Time-lapse and UAV Thermal Imaging of Glacial and Periglacial Environments in the Peruvian Andes (Cordillera Blanca, Peru)

Tuesday, 15 December 2015
Poster Hall (Moscone South)
Jeffrey M McKenzie1, Oliver Wigmore2, Caroline Aubry-Wake1, Bryan G Mark3, Robert Ake Hellstrom4 and Laura Lautz5, (1)McGill University, Montreal, QC, Canada, (2)OSU-Byrd Polar Rsrch Ctr, Columbus, OH, United States, (3)Ohio State University Main Campus, Columbus, OH, United States, (4)Bridgewater State University, Bridgewater, MA, United States, (5)Syracuse University, Syracuse, NY, United States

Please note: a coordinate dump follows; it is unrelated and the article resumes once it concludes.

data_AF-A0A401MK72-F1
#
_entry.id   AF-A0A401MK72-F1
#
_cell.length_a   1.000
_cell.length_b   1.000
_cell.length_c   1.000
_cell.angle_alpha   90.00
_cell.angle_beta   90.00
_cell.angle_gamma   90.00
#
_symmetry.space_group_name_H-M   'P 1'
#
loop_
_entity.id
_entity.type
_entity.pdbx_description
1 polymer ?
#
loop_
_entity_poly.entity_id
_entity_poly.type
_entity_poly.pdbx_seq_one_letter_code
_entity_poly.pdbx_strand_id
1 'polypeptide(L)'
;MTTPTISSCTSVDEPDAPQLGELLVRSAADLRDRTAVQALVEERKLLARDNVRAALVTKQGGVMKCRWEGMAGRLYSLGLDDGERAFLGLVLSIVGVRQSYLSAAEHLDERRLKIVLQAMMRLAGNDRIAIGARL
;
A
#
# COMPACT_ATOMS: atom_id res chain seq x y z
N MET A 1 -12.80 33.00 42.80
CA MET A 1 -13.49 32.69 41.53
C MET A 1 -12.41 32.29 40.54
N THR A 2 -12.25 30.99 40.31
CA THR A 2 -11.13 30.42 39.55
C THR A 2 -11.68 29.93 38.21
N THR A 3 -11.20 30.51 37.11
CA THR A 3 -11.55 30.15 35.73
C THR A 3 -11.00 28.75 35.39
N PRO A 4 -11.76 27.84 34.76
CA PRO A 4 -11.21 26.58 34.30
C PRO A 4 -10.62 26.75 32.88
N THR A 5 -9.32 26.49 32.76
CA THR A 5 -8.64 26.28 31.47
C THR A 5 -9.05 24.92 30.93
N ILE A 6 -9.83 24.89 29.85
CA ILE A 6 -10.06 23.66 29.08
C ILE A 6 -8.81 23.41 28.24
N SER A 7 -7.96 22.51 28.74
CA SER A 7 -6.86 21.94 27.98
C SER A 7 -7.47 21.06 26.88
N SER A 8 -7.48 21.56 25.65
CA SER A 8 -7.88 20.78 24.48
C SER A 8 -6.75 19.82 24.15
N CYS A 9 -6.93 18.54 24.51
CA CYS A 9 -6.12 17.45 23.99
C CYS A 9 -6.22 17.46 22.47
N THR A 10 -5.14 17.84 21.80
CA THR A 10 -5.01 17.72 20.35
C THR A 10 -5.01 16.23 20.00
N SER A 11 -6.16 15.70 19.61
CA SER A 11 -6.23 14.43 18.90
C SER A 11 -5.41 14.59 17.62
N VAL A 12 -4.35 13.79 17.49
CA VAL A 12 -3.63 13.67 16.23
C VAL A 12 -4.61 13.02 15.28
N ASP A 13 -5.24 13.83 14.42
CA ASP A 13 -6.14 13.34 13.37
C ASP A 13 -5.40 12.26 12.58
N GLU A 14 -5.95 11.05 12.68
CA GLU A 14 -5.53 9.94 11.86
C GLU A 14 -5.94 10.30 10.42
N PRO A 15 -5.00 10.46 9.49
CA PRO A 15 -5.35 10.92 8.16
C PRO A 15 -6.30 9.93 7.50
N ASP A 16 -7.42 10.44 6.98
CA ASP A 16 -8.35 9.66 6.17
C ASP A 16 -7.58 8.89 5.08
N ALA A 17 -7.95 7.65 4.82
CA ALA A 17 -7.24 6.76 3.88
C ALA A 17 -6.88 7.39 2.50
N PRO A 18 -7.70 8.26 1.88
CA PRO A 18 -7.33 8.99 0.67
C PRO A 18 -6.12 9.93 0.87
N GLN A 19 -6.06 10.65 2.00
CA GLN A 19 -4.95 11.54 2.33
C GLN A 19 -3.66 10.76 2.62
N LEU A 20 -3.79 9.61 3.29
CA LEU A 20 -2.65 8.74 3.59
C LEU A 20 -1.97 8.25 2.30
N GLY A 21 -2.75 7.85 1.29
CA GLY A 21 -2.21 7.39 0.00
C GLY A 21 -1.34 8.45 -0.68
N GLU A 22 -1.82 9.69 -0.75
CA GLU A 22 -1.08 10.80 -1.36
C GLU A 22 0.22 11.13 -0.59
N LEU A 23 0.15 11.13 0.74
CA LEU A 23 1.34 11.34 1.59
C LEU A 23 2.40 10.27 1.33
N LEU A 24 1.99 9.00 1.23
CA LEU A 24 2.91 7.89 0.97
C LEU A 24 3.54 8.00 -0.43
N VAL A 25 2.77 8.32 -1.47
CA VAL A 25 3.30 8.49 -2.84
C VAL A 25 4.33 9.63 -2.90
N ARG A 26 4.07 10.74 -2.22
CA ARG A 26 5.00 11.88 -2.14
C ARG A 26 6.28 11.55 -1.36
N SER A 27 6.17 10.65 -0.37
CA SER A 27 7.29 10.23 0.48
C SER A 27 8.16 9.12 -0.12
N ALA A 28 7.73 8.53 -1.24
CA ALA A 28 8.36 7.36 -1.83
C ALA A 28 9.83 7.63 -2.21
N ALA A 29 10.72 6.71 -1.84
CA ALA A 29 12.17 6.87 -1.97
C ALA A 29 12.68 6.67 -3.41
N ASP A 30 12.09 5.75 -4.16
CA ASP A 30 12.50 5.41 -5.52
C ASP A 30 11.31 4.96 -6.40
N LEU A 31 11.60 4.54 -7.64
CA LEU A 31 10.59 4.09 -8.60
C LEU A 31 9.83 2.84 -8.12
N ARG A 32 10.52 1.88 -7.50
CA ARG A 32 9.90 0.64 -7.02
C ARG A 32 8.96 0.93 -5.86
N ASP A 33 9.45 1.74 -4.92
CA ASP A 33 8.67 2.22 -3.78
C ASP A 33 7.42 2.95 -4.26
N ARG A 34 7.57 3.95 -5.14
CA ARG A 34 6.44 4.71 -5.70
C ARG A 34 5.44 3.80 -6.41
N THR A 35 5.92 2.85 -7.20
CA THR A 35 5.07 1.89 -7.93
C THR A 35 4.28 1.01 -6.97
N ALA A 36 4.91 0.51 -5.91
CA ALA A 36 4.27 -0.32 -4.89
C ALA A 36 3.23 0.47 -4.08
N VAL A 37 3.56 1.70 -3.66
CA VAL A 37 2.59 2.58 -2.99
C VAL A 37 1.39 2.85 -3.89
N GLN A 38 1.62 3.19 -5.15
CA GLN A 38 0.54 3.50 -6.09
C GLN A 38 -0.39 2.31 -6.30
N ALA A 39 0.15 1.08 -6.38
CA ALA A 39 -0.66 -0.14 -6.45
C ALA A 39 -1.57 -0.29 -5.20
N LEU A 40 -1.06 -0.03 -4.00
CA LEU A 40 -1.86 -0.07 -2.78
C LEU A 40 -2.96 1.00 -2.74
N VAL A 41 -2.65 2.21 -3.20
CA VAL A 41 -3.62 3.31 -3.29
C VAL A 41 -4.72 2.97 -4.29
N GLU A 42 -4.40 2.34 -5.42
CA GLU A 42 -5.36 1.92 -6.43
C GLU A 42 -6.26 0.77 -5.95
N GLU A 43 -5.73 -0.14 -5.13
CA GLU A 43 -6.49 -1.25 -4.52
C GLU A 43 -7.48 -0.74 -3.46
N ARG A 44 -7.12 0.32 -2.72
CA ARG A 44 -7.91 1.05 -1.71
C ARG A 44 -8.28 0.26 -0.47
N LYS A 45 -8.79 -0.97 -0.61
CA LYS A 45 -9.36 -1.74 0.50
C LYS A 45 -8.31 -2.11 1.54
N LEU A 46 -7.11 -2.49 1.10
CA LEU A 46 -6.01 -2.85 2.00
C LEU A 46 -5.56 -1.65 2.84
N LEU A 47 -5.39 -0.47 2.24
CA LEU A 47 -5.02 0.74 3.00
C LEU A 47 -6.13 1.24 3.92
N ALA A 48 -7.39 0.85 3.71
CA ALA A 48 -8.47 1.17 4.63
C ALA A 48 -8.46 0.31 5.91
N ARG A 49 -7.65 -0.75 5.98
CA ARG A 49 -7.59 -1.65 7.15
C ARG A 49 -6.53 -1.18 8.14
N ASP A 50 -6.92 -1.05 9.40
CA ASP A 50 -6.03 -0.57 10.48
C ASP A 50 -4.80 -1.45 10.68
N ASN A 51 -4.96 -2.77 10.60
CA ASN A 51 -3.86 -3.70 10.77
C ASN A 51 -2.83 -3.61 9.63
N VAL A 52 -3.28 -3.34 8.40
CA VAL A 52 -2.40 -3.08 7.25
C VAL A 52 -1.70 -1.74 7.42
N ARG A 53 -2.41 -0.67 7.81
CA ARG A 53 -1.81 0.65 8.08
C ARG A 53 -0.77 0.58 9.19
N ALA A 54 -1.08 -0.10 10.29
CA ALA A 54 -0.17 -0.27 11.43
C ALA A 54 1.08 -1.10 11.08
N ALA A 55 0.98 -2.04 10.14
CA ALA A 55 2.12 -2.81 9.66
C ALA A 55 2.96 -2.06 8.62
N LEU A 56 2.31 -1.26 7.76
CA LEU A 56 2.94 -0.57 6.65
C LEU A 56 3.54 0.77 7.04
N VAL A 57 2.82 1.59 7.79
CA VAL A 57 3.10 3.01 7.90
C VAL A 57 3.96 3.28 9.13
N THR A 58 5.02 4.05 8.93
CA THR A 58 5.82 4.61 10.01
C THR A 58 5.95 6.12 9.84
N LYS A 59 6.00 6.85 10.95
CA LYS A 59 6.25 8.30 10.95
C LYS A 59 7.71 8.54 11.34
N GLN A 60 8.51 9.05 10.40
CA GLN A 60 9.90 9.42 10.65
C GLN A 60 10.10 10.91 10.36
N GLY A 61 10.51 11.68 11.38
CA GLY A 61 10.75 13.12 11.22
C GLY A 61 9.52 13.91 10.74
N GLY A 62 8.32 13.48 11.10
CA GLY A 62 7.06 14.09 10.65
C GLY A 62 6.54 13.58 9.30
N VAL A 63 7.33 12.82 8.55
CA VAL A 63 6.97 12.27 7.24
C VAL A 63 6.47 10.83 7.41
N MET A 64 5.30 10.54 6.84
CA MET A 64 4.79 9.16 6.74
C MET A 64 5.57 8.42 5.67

In the tropics, the acquisition of high-resolution geospatial data of high-mountain glacial and periglacial systems presents unique challenges due to remote site access and very high elevations. For glaciers and hydrologic systems, a key variable of interest is surface temperature as it constrains glacier melt rates, traces hydrologic processes, and is needed for the calibration of energy budget models. We present results from two studies that acquired high resolution temperature data from the Cuchillacocha Glacier, Peru (9.24°S, 77.21°W). The glacier resides on the western drainage of the Cordillera Blanca with an elevation range of 4700 to 6096 m. In the first study we use high resolution time-lapse infrared imagery (5-10 minute interval over 3 days; 0.6 m2 pixel size) to observe diel changes in the surface energy budget of the glacier and to demonstrate how radiation from bare rock adjacent to the glacier may affect melt rates. In the second study we use a newly developed, inexpensive unmanned aerial vehicle (UAV) for high resolution multispectral mapping of the glacier (2 cm resolution orthomosaic and 5 cm resolution DEM). We present results showing how the time-lapse and the high-resolution UAV imagery can be combined to further strengthen our understanding of the Cuchillacocha Glacier’s energy budget and possible insights about turbulent heat fluxes. While the new instruments provide unprecedented data acquisition capabilities, there is an outstanding need for proper data correction. Spatial/thermal control points and post-processing algorithms are needed to produce quantifiable datasets. For example, our post-processed time-lapse imagery has an r2 > 0.9 after emissivity, transmissivity and offset corrections.